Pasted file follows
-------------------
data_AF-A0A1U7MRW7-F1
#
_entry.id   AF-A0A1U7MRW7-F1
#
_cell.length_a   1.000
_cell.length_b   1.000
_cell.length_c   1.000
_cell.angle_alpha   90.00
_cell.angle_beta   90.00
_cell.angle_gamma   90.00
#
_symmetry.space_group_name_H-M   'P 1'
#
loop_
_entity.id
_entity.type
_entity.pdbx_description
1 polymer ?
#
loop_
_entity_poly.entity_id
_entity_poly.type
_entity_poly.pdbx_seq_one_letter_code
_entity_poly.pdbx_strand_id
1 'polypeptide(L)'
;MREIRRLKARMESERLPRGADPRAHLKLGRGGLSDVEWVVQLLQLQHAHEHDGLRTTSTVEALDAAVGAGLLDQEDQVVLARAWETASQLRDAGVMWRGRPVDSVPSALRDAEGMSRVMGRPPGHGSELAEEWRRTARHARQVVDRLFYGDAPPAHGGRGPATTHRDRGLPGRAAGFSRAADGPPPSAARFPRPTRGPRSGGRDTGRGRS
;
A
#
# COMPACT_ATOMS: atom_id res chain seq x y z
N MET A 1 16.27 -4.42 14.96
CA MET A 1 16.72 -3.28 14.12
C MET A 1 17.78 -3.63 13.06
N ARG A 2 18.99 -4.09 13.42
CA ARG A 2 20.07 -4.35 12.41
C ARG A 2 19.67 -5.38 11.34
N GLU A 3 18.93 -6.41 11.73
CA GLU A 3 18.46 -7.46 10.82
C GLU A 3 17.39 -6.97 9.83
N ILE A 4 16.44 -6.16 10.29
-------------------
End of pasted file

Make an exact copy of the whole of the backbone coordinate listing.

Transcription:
data_AF-A0A1U7MRW7-F1
#
_entry.id   AF-A0A1U7MRW7-F1
#
_cell.length_a   1.000
_cell.length_b   1.000
_cell.length_c   1.000
_cell.angle_alpha   90.00
_cell.angle_beta   90.00
_cell.angle_gamma   90.00
#
_symmetry.space_group_name_H-M   'P 1'
#
loop_
_entity.id
_entity.type
_entity.pdbx_description
1 polymer ?
#
loop_
_entity_poly.entity_id
_entity_poly.type
_entity_poly.pdbx_seq_one_letter_code
_entity_poly.pdbx_strand_id
1 'polypeptide(L)'
;MREIRRLKARMESERLPRGADPRAHLKLGRGGLSDVEWVVQLLQLQHAHEHDGLRTTSTVEALDAAVGAGLLDQEDQVVLARAWETASQLRDAGVMWRGRPVDSVPSALRDAEGMSRVMGRPPGHGSELAEEWRRTARHARQVVDRLFYGDAPPAHGGRGPATTHRDRGLPGRAAGFSRAADGPPPSAARFPRPTRGPRSGGRDTGRGRS
;
A
#
# COMPACT_ATOMS: atom_id res chain seq x y z
N MET A 1 16.27 -4.42 14.96
CA MET A 1 16.72 -3.28 14.12
C MET A 1 17.78 -3.63 13.06
N ARG A 2 18.99 -4.09 13.42
CA ARG A 2 20.07 -4.35 12.41
C ARG A 2 19.67 -5.38 11.34
N GLU A 3 18.93 -6.41 11.73
CA GLU A 3 18.46 -7.46 10.82
C GLU A 3 17.39 -6.97 9.83
N ILE A 4 16.44 -6.16 10.29